A timid clownfish who travels hundreds of miles in search of his son and an amnesiac regal blue tang who guides him along. A rat who can cook teams up with a prestigious chef’s illegitimate son who can’t. A trash compactor robot on Earth who falls in love with an advanced robot visiting from outer space to inspect for signs of life. A grumpy old retired widower who flies along with his entire house to Paradise Falls and a tubby little sprightly boy scout who is accidentally carried along. These are some of the unique pairings that have wonderfully driven Pixar Animated Studios to Oscar glory. Now consider this: a green little monster who knows each and every way to scare but can’t actually scare anybody, and his mighty college companion who can frighten one to death but is a one-trick pony. Does this Pixar pairing seem unique enough to hold up to its predecessors? No really…
That’s problem number one Pixar’s latest venture Monsters University has to overcome. Problem number two: the movie is a prequel. Pixar is hardly known to make prequels or sequels; its only super successful franchise is the Toy Story Series, which began in 1995 and has continued with two hugely acclaimed sequels, the third part being nominated for the prestigious Best Picture at the Oscars. The other known franchise is Cars, whose sequel Cars 2 cold barely score among critics (I adored both the films though).
This seems to be the decade of sequels of Pixar; on one hand, Monsters University comes ten years after the brilliant Monsters Inc, while on the other, Pixar classic Finding Nemo continues its legacy with Finding Dory, to be released in two years. Sequels or prequels is equal to familiarity, and we always expect Pixar to give us something new and original. Nobody bothers when rival studio Dreamworks clings to its green ogre Shrek to make money, but we have come to expect much greater things from Pixar, so the thought of watching its memorable characters do another act disconcerts us because we’ve seen the best already.
Problem number three: this movie is set in a college. You’d ask what’s wrong about that? American Pie was set in college and it worked. But keep in mind why American Pie worked: it was an R rated comedy about the three-letter-word with a lot of four-letter-words used in their three-letter-word context. Monsters University is G rated, and it’s comedy involves watching the lunch lady serve garbage to students while freshers are given a totally positive picture during an orientation of Monsters University conducted by a hyper-cheery girl. There are jock monsters, geek monsters, blonde monsters, prep monsters and other monsters of different shapes, sizes and colours in this university led by a staunch female dragon Dean. Oh so familiar you’d think if these were actors instead of monsters, this film would have been instantly forgotten.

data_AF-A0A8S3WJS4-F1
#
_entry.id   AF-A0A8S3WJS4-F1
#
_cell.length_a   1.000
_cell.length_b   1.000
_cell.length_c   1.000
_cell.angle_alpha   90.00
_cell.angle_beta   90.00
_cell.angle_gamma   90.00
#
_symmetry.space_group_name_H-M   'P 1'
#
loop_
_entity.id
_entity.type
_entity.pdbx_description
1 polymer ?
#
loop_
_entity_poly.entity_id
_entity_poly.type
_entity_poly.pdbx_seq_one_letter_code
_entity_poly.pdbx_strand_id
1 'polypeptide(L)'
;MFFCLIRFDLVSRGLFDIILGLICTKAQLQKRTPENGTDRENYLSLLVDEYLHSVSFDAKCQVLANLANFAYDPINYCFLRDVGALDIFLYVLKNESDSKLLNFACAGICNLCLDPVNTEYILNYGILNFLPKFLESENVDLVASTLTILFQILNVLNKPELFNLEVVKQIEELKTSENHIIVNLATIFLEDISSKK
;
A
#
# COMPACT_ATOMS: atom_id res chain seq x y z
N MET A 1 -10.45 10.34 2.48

Some of the names are cringe-worthy too – the movie’s protagonist Mike goes to ‘Frighton’ Elementary School as a child. Its a take on the word ‘fright’, get it? Uhm… not so bright. Also, you’d be surprised during this film to find sequences that remind you of other films. There’s an ‘initiation ceremony’ that’ll take you straight to the Ring of Fire sequence from Finding Nemo. The first part itself with the monster introductions feels similar to another animated film Hotel Transylvania, which albeit spent too much time showing one monster after the other. Five problems or rather challenges already, and does Pixar manage to overcome all of these? Yes, to a large extent it does.
I’d probably use the word ‘redeem’ than overcome here; Monsters University redeems itself by getting back its Pixar magic post interval. Until then, your eyes don’t open with the usual sense of wonderment while watching Pixar movies. You want to be googly eyed like the protagonist Mike when he steps into Monsters University for the first time, but you are unfortunately squinting instead. When you see his initial rivalry with Sullivan, you feel like you’ve seen all this before. Even when actress Helen Mirren unleashes her Miranda Priestley cum Sister Aloysius as Dean Hardscrabble, you still wait longing for signs of Pixar again, feeling as though you’re watching a Dreamworks film that’s been mistakenly marketed as Pixar’s.
By the interval, I’d coined the term ‘Pixar’s blot’ for this film, because I found nothing to positively surprise me in this work. This term would not be used for this film at all, however, as the second half surprised me – in a big way.
The film wakes up and becomes altogether special once Pixar’s magic slowly fills in like the scare-meter used by students of Monsters University to record scare-levels of children. Once Mike makes a wager with Dean Hardscrabble to retain him into the ‘Scare Program’ (he is suspended from the same for creating a chaos during their exam) if he stands the winner of a college event called ‘Scare Games’, he teams up with four other not-scary-in-the-slightest fraternity guys and his rival Sullivan, who’s also suspended and joins their team Oozma Kappa only to get back into the program; when the team begs to understand each other’s strengths and capabilities, you begin to see Pixar’s flashing light that you were waiting for so long. There’s an unexpected surprise I won’t disclose here, and eventually the film’s broader themes seem to have the depth of Pixar’s earlier efforts. The only problem in the end is the first half itself, which although seems necessary after watching the whole film, has no moment of Pixar spark. That jumpy little lamp you see every time he logo appears (he’s Luxor Jr., from an earlier short film) was probably on low voltage until the interval. Thank goodness everything turned out right afterwards and it burned bright. But I constantly was worrying the little bulb would blow out, and I don’t want to get that that feeling again, not from Pixar.